GIVING Welsh communities more rights to land and assets – from village halls to pubs and parks – is backed by a majority of the public, a body pushing for reform has said. 

Think tank the Institute of Welsh Affairs has called for more rights for local communities to access land and assets for shared benefit and has described Welsh communities as “the least empowered in Britain”.  

The IWA’s Our Land: Communities and Land Use report has found that communities in Wales have almost no statutory rights, which stands in stark contrast to the community right of first refusal in Scotland, or the community right to bid in England. 

It’s report has drawn up recommendations on empowering communities to take control of assets which it says have been backed by the public in research it conducted. 

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It has recommended the Welsh Government devise a Community Empowerment Bill that establishes a register of community assets, and gives communities a statutory first right of refusal over these assets when they are proposed for sale or transfer. 

It also wants a “well-financed” Community Asset Fund which communities could use buy facilities and the government should have a support package, particularly targeted at disadvantaged communities, while a “social value” policy would mean public bodies would consider more than the potential sale price when looking to dispose of assets.  

You Gov carried out research on public support for four recommendations which found they were overwhelmingly supported by those who replied. 

Auriol Miller, director of the IWA welcomed the findings and said its research had also shown how limited policies on community asset transfers and red tape in Wales are frustrating those willing to take on greater responsibility.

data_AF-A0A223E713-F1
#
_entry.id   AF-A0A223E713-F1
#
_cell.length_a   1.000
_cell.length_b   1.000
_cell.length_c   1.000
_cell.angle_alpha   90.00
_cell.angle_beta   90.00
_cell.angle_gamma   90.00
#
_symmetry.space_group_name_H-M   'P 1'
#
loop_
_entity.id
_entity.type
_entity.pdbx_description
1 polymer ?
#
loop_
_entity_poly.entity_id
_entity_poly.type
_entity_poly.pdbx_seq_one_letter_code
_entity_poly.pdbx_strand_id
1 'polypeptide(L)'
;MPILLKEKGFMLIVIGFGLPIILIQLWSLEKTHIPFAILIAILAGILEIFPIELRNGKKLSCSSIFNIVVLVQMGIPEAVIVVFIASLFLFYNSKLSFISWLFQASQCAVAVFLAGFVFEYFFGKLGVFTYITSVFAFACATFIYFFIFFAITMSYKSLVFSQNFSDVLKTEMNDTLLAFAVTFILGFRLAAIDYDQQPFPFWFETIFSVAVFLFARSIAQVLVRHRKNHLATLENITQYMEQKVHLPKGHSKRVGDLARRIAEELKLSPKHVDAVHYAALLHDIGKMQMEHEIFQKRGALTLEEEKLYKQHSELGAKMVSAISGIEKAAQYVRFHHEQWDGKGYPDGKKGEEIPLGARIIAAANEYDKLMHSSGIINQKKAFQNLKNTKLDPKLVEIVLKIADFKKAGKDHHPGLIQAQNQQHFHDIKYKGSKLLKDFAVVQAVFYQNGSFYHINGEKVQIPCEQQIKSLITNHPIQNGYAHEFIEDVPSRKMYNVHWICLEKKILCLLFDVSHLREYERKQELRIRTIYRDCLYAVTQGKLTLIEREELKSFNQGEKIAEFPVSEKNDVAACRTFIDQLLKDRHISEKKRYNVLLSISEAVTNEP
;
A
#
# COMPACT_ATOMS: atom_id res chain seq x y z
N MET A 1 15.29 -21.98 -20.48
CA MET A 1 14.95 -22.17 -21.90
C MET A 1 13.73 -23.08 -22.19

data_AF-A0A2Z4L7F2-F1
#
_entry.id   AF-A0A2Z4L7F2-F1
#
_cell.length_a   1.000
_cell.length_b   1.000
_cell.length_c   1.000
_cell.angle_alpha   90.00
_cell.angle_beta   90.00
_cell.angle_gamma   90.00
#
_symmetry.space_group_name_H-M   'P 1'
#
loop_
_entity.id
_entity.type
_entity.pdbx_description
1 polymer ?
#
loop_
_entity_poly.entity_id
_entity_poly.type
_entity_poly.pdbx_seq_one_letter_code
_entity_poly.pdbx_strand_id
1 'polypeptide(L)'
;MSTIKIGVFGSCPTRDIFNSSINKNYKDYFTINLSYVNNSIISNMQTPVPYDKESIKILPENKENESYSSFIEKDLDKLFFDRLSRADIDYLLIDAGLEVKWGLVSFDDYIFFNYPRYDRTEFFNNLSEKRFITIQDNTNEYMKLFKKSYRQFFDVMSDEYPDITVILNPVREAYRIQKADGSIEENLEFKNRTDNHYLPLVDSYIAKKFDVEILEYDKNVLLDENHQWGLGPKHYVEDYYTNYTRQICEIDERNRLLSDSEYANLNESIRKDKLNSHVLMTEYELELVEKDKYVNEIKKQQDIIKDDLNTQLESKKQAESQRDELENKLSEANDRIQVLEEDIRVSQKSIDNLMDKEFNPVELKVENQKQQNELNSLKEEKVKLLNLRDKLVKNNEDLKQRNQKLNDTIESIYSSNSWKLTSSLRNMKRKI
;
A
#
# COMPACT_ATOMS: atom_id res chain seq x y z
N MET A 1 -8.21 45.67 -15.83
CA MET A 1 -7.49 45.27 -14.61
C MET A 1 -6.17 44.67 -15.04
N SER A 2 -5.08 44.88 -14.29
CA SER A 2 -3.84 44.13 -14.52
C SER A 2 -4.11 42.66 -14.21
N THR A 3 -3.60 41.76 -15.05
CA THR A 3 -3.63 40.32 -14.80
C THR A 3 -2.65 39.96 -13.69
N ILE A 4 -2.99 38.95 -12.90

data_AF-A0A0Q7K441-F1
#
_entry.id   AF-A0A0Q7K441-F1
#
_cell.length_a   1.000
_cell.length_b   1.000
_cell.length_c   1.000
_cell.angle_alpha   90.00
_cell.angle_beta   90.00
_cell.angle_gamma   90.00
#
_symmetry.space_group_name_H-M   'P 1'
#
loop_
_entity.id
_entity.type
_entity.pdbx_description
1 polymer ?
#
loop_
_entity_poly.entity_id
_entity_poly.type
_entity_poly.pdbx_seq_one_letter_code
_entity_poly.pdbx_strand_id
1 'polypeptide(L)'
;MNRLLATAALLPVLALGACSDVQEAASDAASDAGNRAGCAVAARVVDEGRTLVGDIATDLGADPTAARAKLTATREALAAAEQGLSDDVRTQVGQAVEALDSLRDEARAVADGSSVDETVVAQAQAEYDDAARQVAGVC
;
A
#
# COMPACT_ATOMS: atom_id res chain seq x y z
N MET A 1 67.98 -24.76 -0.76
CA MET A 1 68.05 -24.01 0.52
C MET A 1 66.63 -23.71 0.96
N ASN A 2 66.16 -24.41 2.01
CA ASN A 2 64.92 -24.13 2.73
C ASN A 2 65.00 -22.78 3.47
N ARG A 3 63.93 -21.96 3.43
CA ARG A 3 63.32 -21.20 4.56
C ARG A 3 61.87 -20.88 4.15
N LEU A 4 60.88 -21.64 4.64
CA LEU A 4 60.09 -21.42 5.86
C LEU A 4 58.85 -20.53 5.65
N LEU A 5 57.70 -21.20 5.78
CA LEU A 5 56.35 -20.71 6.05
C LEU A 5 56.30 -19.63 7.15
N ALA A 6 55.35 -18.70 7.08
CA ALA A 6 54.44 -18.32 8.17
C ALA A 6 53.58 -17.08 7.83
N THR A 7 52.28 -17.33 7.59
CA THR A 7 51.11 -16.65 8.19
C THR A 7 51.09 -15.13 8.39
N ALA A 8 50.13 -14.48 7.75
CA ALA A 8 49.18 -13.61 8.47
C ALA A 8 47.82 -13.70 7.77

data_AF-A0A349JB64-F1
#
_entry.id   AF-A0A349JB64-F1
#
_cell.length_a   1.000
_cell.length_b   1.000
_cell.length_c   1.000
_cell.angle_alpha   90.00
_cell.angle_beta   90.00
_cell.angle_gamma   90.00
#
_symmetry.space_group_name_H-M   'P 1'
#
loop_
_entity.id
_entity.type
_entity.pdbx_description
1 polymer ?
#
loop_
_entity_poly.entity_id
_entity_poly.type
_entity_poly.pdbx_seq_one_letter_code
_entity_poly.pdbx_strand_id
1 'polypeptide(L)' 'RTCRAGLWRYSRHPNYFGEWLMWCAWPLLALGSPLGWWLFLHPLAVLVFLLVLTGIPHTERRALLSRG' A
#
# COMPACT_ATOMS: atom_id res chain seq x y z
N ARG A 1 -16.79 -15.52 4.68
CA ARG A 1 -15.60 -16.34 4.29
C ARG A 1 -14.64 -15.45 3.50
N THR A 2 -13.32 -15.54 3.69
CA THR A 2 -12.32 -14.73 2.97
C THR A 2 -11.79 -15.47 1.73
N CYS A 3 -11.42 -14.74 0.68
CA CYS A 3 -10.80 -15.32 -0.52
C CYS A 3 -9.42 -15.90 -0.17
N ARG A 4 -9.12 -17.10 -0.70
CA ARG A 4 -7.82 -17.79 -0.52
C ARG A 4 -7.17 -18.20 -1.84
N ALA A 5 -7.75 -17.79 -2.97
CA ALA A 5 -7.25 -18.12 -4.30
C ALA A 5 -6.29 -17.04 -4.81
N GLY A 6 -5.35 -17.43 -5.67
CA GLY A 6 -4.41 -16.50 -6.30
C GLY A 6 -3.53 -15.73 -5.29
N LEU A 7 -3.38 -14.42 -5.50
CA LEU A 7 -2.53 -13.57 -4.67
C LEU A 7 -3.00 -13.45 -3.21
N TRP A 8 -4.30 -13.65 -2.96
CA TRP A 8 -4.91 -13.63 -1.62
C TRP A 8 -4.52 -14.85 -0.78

She said: “We’ve seen examples of community ownership giving derelict buildings new leases of life, generating renewable energy under local ownership, and tackling the second homes crisis through community-led housing. 

“However, our research found a loud and clear message from communities across Wales: that the current system works against, rather than with communities who are attempting to take control of local assets for community benefit. The time has come for this to change.” 

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Researchers asked to what extent, if at all, would people support or oppose legislation giving communities a right of first refusal to buy key community assets such as land, village halls and pubs before they are listed on the open market. Total support was 68 per cent and total opposition eight per cent. 

On funding grants for communities to buy or lease community assets such as land, village halls and pubs to be run by the community total Support was 71 per cent and opposition eight per cent. 

Creating a coordinated support package, such advisors and publishing detailed guidance, to help assist communities to run their assets such as land, village halls and pubs was supported by 67 per cent and opposed by nine per cent. 

Research also found 59 per cent supported the statement that “assets should be sold to whoever offers the wider social benefits, even if this is at a lower price”. 

Just eight per cent supported the statement that “assets should be sold to whoever offers the highest price, even if this doesn’t have wider benefits”. 

The total sample size was 1,008 adults and the online survey was carried out between January 4 and 6 this year. Figures have been weighted and are representative of all adults in Wales (aged 16+). 

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